Bundanon in NSW is on the front foot of understanding the pairing of a conceptual art experience with tourism. In many ways Bundanon has got it right, taking its cue from Naoshima, where Tadao Ando’s architecture is paired with art installations and exhibitions that include the work of Olafur Eliasson and Hiroshi Sugamoto.
The two most significant recent steps in this outcome are the 2021 appointment of Rachel Kent as CEO and Kerstin Thompson Architects as the architect for the Art Museum and the Bridge for creative learning, which has been awarded the 2022 Sulman Medal from the Australian Institute of Architects. They are also offering accommodation for the full art destination experience!
“Earlier this year, Bundanon’s Art Museum and Bridge for Creative Learning was awarded the highest accolade for public architecture in NSW, and for this Season we are delighted to offer unique overnight experiences for the public to stay on-site,” says Rachel Kent, Bundanon CEO.
Moreover, it’s not just accommodation in a fabulous piece of architecture, but an opportunity to join wild food expert and edible weeds advocate Diego Bonetto on a guided foraging walk, before a three-course chef’s table dinner by Executive Chef Douglas Innes-Will. In the morning, there is the option to take part in a yoga class overlooking the river before exploring the exhibitions and grounds.
With Kent’s long experience as Chief Curator at the MCA (2011-21), she knows a little something about what makes a show work. She also understands that the art audience expects something extraordinary. And extraordinary she has delivered with the Season 3 program ‘Siteworks 2022: From a deep valley‘, which takes its name from the Dharawal word for Bundanon.
“For Siteworks 2022 we invite the public to engage and participate in an expansive program focused on the imperative issues of our time, with over 35 artists and scientific researchers presented across Bundanon,” says Kent.
Drawing on climate research, critical thinking, First Nations knowledge, technologies and creative digital spaces, Siteworks will see the work of 25 artists and 10 scientific researchers in a major exhibition and a program of outdoor installations, performances, workshops, and digital artworks.
The exhibition ‘Inside, underground’ responds to the architecture of the Art Museum to explore the concept of interior weather. Artists Carolyn Eskdale, Susan Jacobs, Kate Scardifield, Lucy Simpson, and Isadora Vaughan will investigate body and site using repurposed natural materials such as plant and animal matter, beeswax, oyster shells and algae. These raw elements will become vehicles for the artists’ personal encounters with Bundanon.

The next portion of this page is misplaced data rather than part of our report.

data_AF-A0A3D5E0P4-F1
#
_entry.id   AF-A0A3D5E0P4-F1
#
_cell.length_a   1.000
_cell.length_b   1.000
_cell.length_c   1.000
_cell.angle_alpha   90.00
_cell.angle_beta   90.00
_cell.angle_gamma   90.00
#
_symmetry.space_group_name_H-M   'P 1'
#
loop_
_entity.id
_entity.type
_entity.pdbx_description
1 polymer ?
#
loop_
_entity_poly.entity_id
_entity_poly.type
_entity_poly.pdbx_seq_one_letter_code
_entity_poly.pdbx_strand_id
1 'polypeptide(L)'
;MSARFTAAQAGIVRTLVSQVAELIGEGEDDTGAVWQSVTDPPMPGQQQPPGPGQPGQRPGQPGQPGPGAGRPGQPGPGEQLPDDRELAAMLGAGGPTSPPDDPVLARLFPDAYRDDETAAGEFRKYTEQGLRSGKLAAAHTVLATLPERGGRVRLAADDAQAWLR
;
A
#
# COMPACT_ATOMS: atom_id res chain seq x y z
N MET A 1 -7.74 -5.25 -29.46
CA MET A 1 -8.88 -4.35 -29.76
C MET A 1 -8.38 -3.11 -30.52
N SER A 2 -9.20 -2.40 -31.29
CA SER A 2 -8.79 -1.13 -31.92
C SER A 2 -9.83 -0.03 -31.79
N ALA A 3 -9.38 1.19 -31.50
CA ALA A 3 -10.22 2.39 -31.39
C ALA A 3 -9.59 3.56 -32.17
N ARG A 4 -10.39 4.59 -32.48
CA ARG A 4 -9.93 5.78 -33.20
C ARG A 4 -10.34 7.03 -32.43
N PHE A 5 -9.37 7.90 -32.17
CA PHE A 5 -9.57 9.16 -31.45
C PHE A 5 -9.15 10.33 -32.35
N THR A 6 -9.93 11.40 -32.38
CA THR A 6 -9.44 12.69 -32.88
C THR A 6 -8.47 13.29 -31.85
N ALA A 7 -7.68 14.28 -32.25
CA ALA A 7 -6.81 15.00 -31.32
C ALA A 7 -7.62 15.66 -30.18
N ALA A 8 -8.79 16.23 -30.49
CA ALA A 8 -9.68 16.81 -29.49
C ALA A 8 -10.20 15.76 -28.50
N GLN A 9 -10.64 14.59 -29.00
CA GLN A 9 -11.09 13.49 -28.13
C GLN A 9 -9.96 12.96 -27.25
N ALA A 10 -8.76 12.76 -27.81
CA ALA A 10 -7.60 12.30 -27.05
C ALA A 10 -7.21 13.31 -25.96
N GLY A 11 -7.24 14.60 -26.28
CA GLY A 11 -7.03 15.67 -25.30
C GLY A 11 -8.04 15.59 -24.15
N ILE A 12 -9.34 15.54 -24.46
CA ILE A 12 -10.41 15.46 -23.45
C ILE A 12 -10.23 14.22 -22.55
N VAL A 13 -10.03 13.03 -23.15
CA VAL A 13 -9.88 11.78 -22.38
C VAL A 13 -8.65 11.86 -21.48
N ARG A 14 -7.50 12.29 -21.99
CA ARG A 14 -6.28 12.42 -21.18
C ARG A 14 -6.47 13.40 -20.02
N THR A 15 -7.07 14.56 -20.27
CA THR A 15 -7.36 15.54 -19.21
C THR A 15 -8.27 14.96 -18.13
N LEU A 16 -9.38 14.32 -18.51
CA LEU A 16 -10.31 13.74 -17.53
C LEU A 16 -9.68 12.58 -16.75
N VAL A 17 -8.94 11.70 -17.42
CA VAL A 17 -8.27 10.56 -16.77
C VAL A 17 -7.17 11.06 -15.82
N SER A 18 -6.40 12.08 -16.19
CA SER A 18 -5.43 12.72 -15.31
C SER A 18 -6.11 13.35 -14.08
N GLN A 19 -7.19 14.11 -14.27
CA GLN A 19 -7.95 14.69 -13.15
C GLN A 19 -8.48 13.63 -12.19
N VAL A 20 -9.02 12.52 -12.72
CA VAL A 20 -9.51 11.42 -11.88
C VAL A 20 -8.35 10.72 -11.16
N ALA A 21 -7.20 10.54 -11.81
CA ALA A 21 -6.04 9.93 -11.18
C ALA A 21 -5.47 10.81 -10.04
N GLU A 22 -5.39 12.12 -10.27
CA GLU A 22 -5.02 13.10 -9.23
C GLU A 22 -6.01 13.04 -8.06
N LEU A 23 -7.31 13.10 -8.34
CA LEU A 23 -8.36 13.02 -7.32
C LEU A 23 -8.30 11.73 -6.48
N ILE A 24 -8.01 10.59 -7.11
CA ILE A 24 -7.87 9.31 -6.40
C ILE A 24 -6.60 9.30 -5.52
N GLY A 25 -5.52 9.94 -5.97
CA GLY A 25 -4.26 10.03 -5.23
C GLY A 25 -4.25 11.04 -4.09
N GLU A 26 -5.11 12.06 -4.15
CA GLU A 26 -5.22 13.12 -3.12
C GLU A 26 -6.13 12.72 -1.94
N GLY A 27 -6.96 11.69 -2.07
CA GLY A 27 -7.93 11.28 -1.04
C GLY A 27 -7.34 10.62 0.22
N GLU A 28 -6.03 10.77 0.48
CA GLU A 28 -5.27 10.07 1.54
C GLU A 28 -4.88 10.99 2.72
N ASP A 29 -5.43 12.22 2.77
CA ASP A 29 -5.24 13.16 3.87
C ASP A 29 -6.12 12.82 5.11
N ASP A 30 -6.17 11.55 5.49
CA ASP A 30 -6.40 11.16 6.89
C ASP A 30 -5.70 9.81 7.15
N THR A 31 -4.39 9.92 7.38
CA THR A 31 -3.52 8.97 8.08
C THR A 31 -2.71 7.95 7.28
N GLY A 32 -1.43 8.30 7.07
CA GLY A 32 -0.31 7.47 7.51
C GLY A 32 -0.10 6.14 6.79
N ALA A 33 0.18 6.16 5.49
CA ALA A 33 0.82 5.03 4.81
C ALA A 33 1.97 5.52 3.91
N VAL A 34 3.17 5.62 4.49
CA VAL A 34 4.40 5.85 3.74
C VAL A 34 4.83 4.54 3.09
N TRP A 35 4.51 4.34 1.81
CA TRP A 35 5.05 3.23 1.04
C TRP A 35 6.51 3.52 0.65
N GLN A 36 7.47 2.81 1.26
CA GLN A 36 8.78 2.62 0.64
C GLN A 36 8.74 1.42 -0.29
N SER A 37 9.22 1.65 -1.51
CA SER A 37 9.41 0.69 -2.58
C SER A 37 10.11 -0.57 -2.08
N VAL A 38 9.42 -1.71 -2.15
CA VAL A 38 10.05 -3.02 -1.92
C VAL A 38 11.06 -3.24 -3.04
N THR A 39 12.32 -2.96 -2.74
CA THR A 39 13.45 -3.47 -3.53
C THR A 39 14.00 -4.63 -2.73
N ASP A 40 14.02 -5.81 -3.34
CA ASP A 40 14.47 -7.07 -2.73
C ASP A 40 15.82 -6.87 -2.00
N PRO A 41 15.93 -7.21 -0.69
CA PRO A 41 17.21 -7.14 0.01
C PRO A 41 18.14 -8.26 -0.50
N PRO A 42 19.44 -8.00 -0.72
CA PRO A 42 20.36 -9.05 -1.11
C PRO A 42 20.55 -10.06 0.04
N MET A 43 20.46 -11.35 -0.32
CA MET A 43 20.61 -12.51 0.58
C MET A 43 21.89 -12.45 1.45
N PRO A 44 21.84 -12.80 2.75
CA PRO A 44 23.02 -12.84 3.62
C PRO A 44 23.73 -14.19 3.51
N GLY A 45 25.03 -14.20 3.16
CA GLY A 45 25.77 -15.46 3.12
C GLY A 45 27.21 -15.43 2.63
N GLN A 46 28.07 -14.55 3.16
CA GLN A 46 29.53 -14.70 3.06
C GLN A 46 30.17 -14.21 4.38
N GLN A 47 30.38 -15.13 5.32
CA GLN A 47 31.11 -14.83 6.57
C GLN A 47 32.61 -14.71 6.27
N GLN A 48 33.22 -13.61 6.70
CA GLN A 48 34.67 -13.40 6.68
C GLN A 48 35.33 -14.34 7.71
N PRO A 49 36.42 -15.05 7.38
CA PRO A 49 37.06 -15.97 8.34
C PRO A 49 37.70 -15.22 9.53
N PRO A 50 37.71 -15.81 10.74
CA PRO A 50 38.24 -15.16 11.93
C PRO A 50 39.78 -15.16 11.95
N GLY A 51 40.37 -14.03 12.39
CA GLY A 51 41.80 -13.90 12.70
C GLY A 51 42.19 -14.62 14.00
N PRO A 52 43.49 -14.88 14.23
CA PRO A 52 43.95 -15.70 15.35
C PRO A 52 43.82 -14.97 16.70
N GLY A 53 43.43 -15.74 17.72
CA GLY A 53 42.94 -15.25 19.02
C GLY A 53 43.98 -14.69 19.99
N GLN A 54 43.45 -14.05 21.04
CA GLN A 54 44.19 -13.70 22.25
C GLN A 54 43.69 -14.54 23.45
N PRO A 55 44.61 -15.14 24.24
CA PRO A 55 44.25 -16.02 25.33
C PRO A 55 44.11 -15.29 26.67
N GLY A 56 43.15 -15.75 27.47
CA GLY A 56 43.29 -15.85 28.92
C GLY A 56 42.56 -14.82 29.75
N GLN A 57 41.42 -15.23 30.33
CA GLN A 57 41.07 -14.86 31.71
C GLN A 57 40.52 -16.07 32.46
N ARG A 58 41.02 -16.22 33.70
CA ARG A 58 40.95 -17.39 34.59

Across four key Summer weekends a curated series of events that position the artist as a weather balloon, capturing ‘weather reports’ from this place and time will be hosted. Outdoor projects include Dark/Quiet by Madeleine Flynn and Tim Humphries; a new sound composition by musician Nick Wales; works in the natural landscape by Rebecca Mayo and Erica Seccombe (part of The Tellus Project collaboration with the Royal Botanic Gardens Herbarium and UNSW Art & Design); and a performance of new songs created in residence by Local Music. There will also be a small ritual event conceived by artist Katie Paterson.
Bundanon is also participating in the digital project, the World Weather Network, whereby a global alliance of artists, writers and communities initiated by the UK-based arts organisation, Artangel respond to the climate emergency. Effectively a constellation of weather stations set up by 28 global arts agencies, inviting audiences to look, listen, learn, and act. Bundanon is the only Australian representative.
The program opens to the public on 26 November 2022 through to 12 March 2023 and is in fact huge, so have a look HERE
Photography by Zan Wimberley